Baby Gate Problems Cause Thousands of Injuries for Children Each Year
While parents rely on baby gates to keep their toddlers and infants away from stairs and other potential dangers, a new study suggests that thousands of children are injured each year due to problems with the installation or use of these safety gates.
In a study published online by the medical journal Academic Pediatrics, researchers indicated that an average of nearly 2,000 injuries occur each year involving children under the age of six.
Researchers from the Nationwide Children’s Hospital in Columbus, Ohio reviewed data on more than 37,000 children treated in emergency rooms for injuries caused by child safety gates between 1990 and 2010. The retrospective analysis focused on data from the National Electronic Injury Surveillance System.
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Baby gate injuries more than tripled from 1990 to 2010, increasing from about four out of every 100,000 children being injured in baby gate accidents to more than 12 per 100,000 by the end of the 20 year period.
Lara McKenzie lead the research team which analyzed the data, finding 1,794 injuries occurred to children annually as a result of mishaps with baby gates.
Many of the safety gate problems were a result of children falling through the bars or from climbing on the devices and suffering a subsequent injury.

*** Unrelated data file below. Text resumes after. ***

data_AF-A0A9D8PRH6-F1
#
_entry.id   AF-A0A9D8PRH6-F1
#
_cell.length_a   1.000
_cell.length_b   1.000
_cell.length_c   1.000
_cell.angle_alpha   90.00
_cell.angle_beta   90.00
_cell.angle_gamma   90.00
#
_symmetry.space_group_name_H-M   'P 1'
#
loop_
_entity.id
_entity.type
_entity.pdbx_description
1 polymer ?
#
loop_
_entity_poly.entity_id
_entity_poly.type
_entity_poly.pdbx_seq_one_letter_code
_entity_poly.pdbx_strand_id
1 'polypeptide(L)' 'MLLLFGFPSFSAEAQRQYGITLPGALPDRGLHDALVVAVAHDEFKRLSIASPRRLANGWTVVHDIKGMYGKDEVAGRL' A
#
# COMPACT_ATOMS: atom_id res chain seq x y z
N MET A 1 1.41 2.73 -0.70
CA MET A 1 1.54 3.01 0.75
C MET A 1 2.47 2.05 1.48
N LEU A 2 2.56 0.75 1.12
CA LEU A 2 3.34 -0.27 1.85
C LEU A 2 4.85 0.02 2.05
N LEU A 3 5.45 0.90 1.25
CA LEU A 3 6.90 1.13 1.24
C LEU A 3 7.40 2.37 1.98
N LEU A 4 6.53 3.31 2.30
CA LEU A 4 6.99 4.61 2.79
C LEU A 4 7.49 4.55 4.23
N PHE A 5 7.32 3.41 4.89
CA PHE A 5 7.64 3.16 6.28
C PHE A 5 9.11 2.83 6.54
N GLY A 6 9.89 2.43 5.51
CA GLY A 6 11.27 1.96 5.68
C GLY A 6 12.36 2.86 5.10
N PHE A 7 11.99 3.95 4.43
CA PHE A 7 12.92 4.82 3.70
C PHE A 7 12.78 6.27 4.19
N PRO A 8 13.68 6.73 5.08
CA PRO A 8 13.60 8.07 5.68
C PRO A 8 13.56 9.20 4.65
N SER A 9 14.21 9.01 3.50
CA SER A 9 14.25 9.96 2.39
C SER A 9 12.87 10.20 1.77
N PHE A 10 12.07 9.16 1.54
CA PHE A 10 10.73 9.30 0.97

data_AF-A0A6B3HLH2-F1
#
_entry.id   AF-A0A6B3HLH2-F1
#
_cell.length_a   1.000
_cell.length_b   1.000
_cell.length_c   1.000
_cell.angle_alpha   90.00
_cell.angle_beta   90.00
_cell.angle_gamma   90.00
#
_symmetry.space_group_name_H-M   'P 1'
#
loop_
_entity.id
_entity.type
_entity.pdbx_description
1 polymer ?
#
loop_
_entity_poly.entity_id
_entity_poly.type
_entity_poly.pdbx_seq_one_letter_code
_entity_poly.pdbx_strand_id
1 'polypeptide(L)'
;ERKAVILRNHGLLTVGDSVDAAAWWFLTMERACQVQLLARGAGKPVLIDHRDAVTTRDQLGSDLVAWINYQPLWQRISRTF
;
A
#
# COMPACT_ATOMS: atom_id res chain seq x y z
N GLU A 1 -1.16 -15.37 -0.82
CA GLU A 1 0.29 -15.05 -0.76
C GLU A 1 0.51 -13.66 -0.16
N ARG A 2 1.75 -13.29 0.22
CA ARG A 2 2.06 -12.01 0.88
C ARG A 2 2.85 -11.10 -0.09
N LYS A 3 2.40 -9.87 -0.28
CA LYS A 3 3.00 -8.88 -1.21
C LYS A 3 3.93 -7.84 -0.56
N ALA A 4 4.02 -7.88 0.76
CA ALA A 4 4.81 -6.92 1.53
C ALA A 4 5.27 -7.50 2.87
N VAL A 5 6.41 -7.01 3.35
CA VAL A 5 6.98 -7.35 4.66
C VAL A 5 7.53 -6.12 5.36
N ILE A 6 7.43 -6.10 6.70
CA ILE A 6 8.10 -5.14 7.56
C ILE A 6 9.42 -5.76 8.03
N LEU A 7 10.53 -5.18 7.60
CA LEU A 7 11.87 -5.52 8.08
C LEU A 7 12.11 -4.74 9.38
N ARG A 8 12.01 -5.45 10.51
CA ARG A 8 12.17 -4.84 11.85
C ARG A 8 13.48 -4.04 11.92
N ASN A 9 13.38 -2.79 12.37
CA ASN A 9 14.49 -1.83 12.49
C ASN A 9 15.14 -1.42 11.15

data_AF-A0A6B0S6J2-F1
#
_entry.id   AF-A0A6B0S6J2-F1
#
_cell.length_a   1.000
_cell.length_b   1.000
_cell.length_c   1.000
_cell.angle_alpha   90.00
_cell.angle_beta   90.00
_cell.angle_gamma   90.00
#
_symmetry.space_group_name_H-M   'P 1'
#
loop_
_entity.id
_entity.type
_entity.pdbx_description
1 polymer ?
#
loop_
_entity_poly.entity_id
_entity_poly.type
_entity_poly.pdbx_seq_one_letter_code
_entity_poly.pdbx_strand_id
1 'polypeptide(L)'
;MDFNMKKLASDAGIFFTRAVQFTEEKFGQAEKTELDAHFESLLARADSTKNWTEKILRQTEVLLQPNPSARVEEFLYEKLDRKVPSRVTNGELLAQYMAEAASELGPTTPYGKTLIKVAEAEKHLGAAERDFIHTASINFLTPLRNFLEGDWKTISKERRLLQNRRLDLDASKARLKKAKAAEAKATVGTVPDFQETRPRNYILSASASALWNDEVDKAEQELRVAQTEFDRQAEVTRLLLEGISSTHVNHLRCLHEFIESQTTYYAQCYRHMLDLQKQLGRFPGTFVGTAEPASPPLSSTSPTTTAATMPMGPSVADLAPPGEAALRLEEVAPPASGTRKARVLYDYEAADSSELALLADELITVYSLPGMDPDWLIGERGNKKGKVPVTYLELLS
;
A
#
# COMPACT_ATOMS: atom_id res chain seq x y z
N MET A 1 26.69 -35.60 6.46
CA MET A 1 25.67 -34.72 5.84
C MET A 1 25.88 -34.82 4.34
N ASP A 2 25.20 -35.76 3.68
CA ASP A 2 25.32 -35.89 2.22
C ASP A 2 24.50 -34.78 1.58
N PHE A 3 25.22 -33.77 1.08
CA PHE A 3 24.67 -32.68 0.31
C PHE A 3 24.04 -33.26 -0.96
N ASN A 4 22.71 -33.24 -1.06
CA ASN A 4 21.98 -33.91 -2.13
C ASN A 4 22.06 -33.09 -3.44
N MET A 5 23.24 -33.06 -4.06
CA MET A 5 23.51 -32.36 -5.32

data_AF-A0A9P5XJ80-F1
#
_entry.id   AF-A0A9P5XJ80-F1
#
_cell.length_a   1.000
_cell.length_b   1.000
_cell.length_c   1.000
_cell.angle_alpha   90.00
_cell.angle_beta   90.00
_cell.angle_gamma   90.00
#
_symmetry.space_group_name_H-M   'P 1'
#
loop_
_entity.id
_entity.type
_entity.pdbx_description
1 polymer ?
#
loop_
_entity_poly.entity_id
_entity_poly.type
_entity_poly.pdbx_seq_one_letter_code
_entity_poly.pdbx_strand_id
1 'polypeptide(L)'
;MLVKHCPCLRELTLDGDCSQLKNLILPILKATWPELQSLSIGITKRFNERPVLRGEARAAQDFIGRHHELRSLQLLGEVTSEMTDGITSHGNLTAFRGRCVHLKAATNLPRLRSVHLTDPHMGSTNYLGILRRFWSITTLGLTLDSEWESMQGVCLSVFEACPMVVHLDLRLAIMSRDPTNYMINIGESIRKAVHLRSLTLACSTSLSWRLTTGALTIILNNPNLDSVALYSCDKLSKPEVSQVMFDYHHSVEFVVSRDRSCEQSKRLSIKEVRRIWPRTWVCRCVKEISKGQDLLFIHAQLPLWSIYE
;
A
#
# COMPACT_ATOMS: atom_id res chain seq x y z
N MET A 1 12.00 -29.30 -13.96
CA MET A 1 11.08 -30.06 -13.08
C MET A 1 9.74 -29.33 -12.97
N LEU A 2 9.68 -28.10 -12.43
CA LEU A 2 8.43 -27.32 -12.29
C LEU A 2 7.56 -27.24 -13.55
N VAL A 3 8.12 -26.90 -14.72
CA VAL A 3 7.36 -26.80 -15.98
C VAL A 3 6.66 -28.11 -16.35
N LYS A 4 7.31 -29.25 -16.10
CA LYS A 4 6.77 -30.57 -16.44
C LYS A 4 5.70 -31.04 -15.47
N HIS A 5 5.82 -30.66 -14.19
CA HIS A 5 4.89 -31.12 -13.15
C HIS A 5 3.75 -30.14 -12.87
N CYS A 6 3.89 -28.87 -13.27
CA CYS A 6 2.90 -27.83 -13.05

The majority of the injuries occurred to boys and more than 60% were in children who were under the age of two.
Children under the age of two were most likely to be injured during a fall down stairs after the baby gate had collapsed, usually after a child had climbed on the device.
Children ages two to six were most often injured by contact with the gate, causing it to open and injure the child. Those injuries resulted in open wounds 55% of the time and soft tissue injures 24% of the time.
Overall, most injuries were not serious injuries and did not pose a threat to the child’s life, however researchers say they were surprised by the prevalence of preventable injuries.
Child safety gates are the most widely used home safety products used to protect children from home hazards and injuries.
Researchers warn parents to take precautions to avoid injured children. They specifically recommend using bolted gates instead of pressure mounted devices for the top of the stairs. Those gates often result in unintentional opening and falls.
“Greater efforts are needed to promote proper usage, ensure safety in product design, and increase awareness of age-related recommendations for use of gates,” said McKenzie.
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